The AMCOM boss recalled that the corporation, in September 2011, restructured Arik’s debt from N85bn to N70bn as a nine-year-term loan running at 12 per cent interest per annum.
“Unfortunately, the proprietor of the business failed to meet all the restructuring agreements,” he added.
Other terms of the restructuring, Kuru said, included that AMCON should appoint a resident monitoring manager who would have the authority to call for any of Arik’s records for examination. Arik was also to provide three-year records of its remittances to the Federal Airports Authority of Nigeria.
Kuru stated, “Arik defaulted on the terms of the restructuring and failed to make the monthly repayment as agreed.
“In May 2013, AMCON sourced N26bn of the Central Bank of Nigeria’s Power and Aviation Intervention Fund through the Bank of Industry on behalf of Arik. AMCON disbursed N21.38bn of the BoI loan to Arik as working capital. Out of this amount, N2.4bn was meant for the reconfiguration of two aircraft from passenger to cargo carriers. This was never done as the funds were diverted by the Arik management and is now the subject of EFCC investigation. Both aircraft were abandoned in the UK.”
Kuru further explained that due to accrued interest and unpaid principal, a second restructuring was proposed for Arik’s debt to reduce it from N138bn to N90bn in December 2015. He, however, noted that the proposal was still awaiting the CBN approval.
According to him, the proposal was made based on Arik’s plan to do a private placement and subsequently do an Initial Public Offering within a period of six months.
Kuru said, “Based on that, they were expecting N44bn from Afrexim as a bridge. None of this happened as Arik could not comply with any of the conditions given to them. In spite of the leniency and good faith demonstrated by AMCON throughout the negotiations, Arik refused or neglected to adhere to the terms of settlement.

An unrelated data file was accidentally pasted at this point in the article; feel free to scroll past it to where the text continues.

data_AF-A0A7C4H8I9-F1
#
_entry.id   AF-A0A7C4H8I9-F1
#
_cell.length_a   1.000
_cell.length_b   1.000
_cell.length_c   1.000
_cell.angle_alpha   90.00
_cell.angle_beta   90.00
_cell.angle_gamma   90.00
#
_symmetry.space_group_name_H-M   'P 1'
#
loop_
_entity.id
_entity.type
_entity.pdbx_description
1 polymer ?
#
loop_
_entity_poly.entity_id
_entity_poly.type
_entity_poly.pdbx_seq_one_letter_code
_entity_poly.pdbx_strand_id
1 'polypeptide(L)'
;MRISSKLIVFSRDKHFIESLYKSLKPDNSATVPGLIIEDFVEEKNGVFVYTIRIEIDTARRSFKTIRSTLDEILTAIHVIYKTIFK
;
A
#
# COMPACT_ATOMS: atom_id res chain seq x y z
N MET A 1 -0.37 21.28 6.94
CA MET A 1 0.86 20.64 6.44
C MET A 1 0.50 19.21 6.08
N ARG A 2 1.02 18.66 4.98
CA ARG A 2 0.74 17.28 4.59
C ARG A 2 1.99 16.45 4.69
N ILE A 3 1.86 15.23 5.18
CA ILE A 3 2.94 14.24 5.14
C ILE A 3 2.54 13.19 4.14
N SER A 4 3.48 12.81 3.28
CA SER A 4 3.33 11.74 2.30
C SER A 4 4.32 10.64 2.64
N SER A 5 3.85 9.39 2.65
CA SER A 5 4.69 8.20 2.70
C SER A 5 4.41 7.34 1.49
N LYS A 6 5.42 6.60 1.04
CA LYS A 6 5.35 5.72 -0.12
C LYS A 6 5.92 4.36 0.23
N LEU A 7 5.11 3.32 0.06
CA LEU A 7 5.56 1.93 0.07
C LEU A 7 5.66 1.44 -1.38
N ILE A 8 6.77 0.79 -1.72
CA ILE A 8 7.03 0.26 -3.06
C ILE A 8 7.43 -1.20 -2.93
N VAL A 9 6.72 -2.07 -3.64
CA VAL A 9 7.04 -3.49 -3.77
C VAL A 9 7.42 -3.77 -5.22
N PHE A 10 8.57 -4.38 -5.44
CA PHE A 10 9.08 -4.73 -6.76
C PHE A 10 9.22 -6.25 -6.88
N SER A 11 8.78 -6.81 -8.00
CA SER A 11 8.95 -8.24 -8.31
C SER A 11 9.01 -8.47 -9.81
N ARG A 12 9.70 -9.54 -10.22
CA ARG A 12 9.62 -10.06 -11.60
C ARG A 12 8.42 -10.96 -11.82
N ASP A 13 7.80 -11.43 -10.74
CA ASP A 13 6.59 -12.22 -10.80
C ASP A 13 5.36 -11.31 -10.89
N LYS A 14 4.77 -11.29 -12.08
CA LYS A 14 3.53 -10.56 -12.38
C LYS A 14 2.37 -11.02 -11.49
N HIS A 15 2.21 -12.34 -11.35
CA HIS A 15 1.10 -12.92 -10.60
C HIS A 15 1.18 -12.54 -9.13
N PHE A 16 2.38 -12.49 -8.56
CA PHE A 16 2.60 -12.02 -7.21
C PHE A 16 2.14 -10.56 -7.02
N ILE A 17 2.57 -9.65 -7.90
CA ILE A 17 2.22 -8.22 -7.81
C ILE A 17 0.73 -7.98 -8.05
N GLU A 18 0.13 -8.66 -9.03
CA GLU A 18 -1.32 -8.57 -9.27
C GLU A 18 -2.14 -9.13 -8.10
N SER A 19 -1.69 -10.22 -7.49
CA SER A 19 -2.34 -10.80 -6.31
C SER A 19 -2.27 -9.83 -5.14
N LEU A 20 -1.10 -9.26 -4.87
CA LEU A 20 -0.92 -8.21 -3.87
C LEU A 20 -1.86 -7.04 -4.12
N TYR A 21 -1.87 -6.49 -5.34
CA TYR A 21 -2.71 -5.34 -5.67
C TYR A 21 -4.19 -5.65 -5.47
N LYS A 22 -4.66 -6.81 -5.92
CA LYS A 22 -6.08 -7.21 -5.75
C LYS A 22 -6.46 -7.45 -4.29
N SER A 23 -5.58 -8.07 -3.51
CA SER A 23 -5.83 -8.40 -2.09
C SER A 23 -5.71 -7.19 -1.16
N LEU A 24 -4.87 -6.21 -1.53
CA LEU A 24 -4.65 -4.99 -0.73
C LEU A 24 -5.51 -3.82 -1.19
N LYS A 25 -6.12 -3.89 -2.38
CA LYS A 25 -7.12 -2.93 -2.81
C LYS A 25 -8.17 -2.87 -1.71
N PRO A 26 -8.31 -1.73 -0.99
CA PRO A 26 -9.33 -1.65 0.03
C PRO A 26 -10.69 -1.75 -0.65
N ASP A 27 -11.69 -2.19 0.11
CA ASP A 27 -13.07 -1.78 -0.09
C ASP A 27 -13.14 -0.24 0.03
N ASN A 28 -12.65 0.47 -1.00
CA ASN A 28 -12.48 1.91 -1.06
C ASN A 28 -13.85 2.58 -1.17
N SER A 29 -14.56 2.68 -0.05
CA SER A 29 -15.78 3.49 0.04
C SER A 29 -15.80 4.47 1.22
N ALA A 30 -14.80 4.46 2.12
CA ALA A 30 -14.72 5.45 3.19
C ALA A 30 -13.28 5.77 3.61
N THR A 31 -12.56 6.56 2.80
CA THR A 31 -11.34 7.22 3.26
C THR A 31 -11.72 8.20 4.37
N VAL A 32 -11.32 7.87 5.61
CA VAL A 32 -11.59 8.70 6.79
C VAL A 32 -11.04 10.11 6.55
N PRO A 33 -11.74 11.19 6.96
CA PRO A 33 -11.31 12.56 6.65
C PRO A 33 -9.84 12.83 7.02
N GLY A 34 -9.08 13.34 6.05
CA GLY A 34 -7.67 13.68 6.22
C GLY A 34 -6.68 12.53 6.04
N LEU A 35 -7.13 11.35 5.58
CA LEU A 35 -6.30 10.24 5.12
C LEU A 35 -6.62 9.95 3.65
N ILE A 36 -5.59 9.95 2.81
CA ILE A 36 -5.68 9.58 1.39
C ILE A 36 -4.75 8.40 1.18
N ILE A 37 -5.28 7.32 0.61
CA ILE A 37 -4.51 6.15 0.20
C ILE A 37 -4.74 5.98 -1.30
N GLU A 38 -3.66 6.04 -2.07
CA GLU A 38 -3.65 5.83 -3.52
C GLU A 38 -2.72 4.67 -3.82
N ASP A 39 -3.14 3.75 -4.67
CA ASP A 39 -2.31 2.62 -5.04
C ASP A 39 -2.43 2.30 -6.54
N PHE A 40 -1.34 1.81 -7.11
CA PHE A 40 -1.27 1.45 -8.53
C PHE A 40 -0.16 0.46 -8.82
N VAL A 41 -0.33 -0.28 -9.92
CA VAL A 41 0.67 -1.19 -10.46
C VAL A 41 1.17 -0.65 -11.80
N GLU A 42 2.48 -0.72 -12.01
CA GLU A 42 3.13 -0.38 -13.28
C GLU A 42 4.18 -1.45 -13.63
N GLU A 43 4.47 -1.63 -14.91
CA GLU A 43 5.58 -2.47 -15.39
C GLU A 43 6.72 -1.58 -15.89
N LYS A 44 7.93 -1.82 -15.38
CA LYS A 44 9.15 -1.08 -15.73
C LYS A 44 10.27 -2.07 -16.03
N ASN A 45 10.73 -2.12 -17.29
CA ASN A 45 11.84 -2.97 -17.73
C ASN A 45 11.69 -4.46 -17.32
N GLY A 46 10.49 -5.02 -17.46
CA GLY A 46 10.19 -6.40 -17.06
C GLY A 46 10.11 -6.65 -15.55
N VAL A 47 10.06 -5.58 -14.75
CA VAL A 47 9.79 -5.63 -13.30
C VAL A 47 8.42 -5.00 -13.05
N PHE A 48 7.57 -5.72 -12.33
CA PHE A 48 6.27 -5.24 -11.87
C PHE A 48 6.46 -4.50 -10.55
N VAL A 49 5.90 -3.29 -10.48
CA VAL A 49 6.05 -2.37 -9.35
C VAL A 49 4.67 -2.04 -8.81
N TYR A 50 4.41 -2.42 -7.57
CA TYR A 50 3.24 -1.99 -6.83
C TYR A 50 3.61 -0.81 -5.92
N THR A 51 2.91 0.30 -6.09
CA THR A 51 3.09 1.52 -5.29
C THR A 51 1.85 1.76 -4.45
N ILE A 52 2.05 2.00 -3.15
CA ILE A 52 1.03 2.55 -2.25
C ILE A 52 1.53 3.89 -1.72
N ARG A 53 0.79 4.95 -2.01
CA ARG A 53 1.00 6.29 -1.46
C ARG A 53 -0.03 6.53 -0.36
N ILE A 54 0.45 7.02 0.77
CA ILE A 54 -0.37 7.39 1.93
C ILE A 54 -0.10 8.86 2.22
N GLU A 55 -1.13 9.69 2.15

“AMCON continued to bear the burden of repaying the BoI loan at one per cent interest rate without any corresponding commitment from Arik. So far, AMCON has paid N9.05bn on behalf of Arik.”
Kuru put the total recoveries from Arik to date at N4.6bn, which he said, was only 3.2 per cent of current exposure to AMCON. He stressed that the total repayment by Arik in last 18 months was “N50m only.”
Kuru said as of December 2016, Arik’s debt to AMCON stood at N146bn. This, he said, was “due to mounting interests and unpaid principal.” He added that the consolidated exposure of debtor companies in which Arumemi-Ikhide was the principal promoter stood at N263.7bn.
“This figure excludes Arik’s indebtedness to other banks, aviation authorities (local and foreign), vendors, contractors and workers,” the AMCON boss stated.
Kuru disclosed that Ethiopian Airline was invited to manage Arik Air under a management contract but the airline backed out from the deal when it got the true profile of Arik.
After Kuru’s presentation, Ibrahim pointed out that AMCON’s takeover of Arik was belated.
At a sitting of the House of Representatives Committee on Aviation , AMCON said Arik would have collapsed in another eight weeks had the corporation not moved in to take over the airline from its former owners.
Kuru said AMCON was alarmed that Arik did not have a management structure other than that it was run as a one-man business.
He explained, “Nobody can give you a financial statement, there are no accounts and it became very urgent to engage KPMG to carry out an audit.”
He said, “Public confidence in Arik was diminishing and there was the constant fear that Arik Air aircraft could be seized at any location due to mounting debts. The Federal Government felt that Arik is more than just a business, but an airline of strategic importance to Nigeria.
“So, the government decided that AMCON should intervene by appointing a recovery manager. If the intervention did not take place, the airline would not have survived for another eight weeks.”
When the lawmakers sought the views of Arik’s new Chief Executive Officer, Mr. Roy Ilegbodu, he corroborated the submissions of Kuru.
He told the committee that in his 40 years of working in the aviation industry, he had yet to see an airline “badly run as Arik.”